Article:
Opinion
Wellbeing and Mental Health

Olena Zelenska: War is harming global mental health — even for people living in safety

Ukraine's push to help the mental health of its people could provide lessons for other countries around the world.

Ukraine's push to help the mental health of its people could provide lessons for other countries around the world. Image: REUTERS/Alina Smutko

Olena Zelenska
First Lady of Ukraine, Founder of the Summit of First Ladies and Gentlemen Global Platform
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  • Almost 80% of Ukrainians are living with constant stress and anxiety, creating a mental health burden that's taking a significant toll on the population.
  • The mental health burden of the war is also being felt beyond Ukraine.
  • Ukraine's mental health programme provides a blueprint for other war-torn states to ease the anxiety of war.

I have some photos on my phone. Young girls and boys - school graduates - are dancing a waltz down the middle of a wide city street at night. It's a lovely image — until you realise that these are young people who have just graduated from school in the Ukrainian city of Kharkiv. And that they are rehearsing the dances for their graduation party at five in the morning, seizing a rare moment of calm in-between the Russian shelling.

When the Russian bombers next take off, these students will be alerted via a special app on their phones, designed to give them a chance to reach shelters before the bombs start falling. Every Ukrainian has this app on their mobile now.

Here, the ever-present threat to life exists alongside the need to work, to graduate from school and to live. The awareness that you are a Russian target is a heavy burden to carry. And it is taking its toll on our people with surveys showing that almost 80% of Ukrainians are under constant stress and anxiety. Our society is suffering a great collective psychological trauma.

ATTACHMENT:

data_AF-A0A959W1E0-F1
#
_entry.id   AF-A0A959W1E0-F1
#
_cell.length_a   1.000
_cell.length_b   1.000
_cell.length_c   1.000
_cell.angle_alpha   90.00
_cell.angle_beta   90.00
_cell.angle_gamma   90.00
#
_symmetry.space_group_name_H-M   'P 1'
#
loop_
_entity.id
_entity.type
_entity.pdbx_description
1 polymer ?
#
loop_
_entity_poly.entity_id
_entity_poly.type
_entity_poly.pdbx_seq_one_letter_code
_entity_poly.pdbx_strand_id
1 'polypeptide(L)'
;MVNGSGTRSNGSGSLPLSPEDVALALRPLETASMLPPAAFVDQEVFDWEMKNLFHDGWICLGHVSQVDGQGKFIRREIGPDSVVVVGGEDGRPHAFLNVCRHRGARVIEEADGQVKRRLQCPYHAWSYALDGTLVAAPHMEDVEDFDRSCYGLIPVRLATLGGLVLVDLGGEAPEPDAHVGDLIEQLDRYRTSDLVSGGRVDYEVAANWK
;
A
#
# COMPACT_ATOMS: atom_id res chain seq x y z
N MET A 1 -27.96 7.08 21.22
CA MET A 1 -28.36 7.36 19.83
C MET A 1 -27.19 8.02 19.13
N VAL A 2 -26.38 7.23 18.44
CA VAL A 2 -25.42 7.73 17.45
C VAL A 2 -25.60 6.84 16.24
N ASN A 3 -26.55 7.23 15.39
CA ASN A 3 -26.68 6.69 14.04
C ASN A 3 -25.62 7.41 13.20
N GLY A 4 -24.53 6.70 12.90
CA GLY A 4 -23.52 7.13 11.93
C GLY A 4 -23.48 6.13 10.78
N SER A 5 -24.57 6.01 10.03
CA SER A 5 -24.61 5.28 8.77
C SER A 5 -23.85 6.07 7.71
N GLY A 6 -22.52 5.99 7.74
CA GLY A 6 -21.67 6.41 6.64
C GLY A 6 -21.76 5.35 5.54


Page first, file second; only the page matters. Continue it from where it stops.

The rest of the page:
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A collective 'psychological trauma'

It is well known that there is a direct correlation between mental wellbeing and physical health. In times of war, this negative impact is felt particularly quickly and violently. In Ukraine, the number of patients with diabetes has increased by more than 20%, those with heart attacks by more than 16% and those with strokes by more than 10%. We expect a large number of neglected cancer cases, because of occupation, migration and, once again, stress, which paralyzes us and prevents us from taking action.

There is a growing body of evidence that suggests conflict-related mental health problems do not apply just to Ukrainians or other peoples impacted by conflict.

The Summit of First Ladies and Gentlemen aims to tackle the problems that affect all of our countries, so that we can use our influence to overcome them and help our people together. Psychological wellbeing is an issue of such importance that, at last year’s Summit, held in Kyiv, my colleagues and I chose to focus our work on the topic of mental health.

At the request of the Summit, Alligator Digital conducted a survey of more than 11,000 people and found that mental health is one of the top 5 global challenges. The survey also showed that conflict-related anxiety and fear are playing a growing role in this mental health crisis.

The Summit of First Ladies and Gentlemen in Kyiv in 2023.  mental health
The Summit of First Ladies and Gentlemen in Kyiv in 2023. Image: Summit of First Ladies and Gentlemen

Moreover, people are as concerned about mental health as they are about poverty, the COVID-19 pandemic, climate change and rising prices. Those questioned also believe that mental health will remain among the top challenges for the next five, 10 and even 20 years.